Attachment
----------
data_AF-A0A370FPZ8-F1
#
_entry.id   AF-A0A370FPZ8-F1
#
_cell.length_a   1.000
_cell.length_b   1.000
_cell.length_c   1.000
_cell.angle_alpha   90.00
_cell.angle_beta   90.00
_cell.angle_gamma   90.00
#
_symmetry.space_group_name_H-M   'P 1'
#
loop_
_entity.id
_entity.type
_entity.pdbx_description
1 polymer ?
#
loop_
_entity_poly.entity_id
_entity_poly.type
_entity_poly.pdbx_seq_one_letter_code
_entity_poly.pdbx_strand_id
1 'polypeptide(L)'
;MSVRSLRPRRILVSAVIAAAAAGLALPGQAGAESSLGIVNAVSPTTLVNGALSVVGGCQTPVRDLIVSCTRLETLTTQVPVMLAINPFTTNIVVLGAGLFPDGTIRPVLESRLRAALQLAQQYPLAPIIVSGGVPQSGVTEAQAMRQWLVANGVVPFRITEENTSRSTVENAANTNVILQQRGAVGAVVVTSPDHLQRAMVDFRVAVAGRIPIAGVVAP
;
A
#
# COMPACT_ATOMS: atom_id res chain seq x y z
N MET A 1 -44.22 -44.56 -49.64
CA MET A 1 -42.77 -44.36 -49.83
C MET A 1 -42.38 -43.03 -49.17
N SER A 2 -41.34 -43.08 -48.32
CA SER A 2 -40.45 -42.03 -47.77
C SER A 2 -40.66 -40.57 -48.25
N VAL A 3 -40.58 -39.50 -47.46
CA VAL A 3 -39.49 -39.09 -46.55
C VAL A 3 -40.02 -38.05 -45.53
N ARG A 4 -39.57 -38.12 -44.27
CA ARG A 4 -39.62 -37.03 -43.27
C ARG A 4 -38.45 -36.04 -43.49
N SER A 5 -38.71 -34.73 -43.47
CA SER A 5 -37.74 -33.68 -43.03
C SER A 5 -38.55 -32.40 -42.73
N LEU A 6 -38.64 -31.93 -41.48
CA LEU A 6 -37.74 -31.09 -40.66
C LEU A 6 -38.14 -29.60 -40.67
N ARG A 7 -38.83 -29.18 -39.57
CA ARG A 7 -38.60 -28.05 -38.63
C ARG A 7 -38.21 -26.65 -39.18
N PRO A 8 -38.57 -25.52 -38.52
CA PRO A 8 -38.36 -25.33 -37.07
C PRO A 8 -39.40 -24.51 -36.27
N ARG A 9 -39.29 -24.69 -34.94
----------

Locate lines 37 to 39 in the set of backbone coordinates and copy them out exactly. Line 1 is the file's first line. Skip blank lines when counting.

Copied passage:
N VAL A 3 -40.58 -39.50 -47.46
CA VAL A 3 -39.49 -39.09 -46.55
C VAL A 3 -40.02 -38.05 -45.53